The immensely popular and trailblazing Bourne series — adapted from Robert Ludlum’s spy novels and starring Matt Damon as the titular character — looked dead in the water following the departure of director Paul Greengrass and his star after 2007’s highpoint The Bourne Ultimatum (preferring to collaborate on 2010’s Green Zone), but Universal were understandably reluctant to let the lucrative franchise go. Hence, The Bourne Legacy, an arguably unnecessary but enjoyable enough new installment helmed by Bourne screenwriter Tony Gilroy, with the reliable Jeremy Renner taking the reigns as another highly capable covert operative. Refreshingly neither a reboot nor a straight sequel, Legacy kicks off a cleverly constructed alternate story within the dense Bourne universe, and while it’s unlikely to offend fans, the film lacks the strong characterisation and hyper-kinetic action sequences of the previous installments and fails to live up to the high expectations set by them, playing more like a solid pilot episode to a new series than a thrilling new installment in the greatest action-thriller franchise of the past decade.

The Bourne Legacy starts off promisingly enough, opening in the remote Alaskan wilderness as the resourceful Aaron Cross (Renner) completes a harsh training exercise in record time, before taking refuge in a remote cabin with a fellow operative (Oscar Isaac) in exile. Through their initially terse and paranoid exchanges, we discover that both are Operation Outcome agents, who require regular meds to stay mentally and physically enhanced. Cross reveals himself to be significantly more chatty and humourous than Jason Bourne, and crucially, he knows exactly who he is. Meanwhile, the bureaucratic shitstorm caused by Bourne — who is never seen, but often alluded to here — is blowing up in New York and Langley, with the exposure of Operation Blackbriar and the Treadstone Project threatening similar CIA clandestine operations. Familiar faces appear briefly — Pamela Landy (Joan Allen), Noah Vosen (David Strathairn), Dr. Albert Hirsch (Albert Finney) and Ezra Kramer (Scott Glenn) — as events from The Bourne Ultimatum run parallel and reveal an even deeper conspiracy. As the trailers suggested, “Jason Bourne is only the tip of the iceberg,” and the powers that be — specifically Retired Adm. Mark Turso (Stacy Keach) and Retired Col. Eric Byer (Edward Norton) — go into damage control, shutting down the programs at risk to further exposure, including Outcome.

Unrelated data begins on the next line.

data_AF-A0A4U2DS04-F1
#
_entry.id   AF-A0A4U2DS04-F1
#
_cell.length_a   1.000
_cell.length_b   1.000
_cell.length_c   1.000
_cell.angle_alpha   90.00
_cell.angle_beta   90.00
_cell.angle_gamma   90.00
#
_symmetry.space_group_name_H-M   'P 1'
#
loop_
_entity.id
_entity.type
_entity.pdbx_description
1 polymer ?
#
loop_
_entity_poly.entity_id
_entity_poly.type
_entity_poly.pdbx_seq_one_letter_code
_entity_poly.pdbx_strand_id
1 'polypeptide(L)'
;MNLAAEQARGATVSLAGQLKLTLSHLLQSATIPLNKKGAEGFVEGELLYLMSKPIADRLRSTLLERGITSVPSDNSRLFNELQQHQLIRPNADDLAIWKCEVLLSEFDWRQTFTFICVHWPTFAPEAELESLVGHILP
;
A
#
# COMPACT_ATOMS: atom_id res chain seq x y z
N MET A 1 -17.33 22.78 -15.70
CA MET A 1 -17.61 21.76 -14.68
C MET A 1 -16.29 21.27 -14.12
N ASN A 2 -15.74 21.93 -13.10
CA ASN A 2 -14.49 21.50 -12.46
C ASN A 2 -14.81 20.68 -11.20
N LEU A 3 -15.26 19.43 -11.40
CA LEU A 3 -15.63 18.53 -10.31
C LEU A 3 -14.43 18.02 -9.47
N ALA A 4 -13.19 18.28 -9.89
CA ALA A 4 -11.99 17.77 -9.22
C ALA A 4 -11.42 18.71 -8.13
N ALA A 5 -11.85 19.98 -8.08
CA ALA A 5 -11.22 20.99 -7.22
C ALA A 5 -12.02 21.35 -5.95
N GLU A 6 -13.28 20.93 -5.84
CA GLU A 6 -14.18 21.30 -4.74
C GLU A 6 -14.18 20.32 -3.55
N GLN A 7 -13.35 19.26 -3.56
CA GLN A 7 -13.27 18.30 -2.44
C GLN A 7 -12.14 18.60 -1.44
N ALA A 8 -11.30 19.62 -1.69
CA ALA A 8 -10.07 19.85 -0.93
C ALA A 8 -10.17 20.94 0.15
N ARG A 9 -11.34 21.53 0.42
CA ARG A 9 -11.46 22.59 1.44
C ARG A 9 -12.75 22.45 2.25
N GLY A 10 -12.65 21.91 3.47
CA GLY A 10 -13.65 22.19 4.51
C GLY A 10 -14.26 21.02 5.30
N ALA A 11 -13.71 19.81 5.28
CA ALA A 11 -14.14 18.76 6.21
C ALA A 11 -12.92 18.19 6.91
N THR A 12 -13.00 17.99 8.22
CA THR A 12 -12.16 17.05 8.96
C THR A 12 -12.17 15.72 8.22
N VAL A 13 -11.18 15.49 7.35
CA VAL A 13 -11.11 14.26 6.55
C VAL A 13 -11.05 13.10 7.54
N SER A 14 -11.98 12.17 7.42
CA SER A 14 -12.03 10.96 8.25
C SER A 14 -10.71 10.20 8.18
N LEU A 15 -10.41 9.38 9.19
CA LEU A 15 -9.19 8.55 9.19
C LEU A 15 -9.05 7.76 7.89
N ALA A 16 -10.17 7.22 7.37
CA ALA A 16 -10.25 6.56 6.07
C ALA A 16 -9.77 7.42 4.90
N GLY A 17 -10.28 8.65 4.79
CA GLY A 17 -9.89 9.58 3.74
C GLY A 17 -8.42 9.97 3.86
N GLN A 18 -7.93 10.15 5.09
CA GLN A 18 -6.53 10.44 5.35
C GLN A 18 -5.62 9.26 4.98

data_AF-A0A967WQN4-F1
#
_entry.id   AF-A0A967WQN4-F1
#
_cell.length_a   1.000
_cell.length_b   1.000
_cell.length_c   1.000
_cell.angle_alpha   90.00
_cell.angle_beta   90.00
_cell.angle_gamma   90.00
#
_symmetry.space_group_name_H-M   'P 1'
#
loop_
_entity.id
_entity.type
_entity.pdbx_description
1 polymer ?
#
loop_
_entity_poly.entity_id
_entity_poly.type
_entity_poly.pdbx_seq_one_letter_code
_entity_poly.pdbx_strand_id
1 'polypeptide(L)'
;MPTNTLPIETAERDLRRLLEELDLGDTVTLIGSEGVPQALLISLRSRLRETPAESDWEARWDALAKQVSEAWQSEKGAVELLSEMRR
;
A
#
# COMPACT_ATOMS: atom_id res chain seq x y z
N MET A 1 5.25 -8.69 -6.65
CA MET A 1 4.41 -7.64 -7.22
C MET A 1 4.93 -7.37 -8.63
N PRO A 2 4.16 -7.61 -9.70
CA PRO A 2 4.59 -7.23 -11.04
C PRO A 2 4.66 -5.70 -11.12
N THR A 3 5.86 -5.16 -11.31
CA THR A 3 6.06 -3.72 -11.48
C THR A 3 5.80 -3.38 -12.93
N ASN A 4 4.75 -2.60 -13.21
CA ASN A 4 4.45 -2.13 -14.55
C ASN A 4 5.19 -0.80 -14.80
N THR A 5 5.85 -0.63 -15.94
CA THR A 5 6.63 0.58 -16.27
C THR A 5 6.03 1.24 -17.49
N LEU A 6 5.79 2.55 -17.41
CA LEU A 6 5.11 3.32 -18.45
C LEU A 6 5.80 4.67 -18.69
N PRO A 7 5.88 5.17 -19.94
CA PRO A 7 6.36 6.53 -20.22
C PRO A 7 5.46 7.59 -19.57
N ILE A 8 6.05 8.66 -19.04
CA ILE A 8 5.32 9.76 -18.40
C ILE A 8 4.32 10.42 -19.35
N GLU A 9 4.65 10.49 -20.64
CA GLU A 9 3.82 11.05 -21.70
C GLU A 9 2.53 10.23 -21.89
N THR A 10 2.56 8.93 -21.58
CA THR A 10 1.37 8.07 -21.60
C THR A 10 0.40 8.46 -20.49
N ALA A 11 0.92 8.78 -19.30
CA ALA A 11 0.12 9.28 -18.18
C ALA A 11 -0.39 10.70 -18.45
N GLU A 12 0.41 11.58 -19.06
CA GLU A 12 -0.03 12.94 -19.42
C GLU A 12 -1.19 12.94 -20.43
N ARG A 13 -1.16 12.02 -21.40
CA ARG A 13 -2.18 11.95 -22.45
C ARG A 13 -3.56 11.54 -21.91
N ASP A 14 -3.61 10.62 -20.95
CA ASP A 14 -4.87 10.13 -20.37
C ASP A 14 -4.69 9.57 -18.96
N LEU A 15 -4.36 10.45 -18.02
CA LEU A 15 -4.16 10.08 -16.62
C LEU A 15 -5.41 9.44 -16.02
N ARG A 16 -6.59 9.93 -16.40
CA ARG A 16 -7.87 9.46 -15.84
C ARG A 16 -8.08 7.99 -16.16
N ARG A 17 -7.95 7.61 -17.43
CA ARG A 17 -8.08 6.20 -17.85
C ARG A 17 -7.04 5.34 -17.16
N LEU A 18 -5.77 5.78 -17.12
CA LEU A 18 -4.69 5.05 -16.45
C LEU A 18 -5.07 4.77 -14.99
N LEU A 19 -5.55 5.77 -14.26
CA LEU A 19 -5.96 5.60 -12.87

If this information overload sounds a bit overwhelming and confusing, it can be, but Legacy soon picks up as a drone is sent to terminate the unwitting Outcome agents stationed in Alaska — with Cross displaying remarkable survival skills — while multiple agents stationed across the world are quietly dispatched, and a scientist (Željko Ivanek) at one of the CIA’s private research labs is chillingly brainwashed into pulling a gun on his defenseless colleagues, including geneticist and sole survivor Dr. Marta Shearing (Rachel Weisz). Presumed dead and fresh out of meds, Cross is forced to desperately track down a new source, leading him conveniently into the doctor’s now-endangered life and resulting in the two taking flight as fugitives.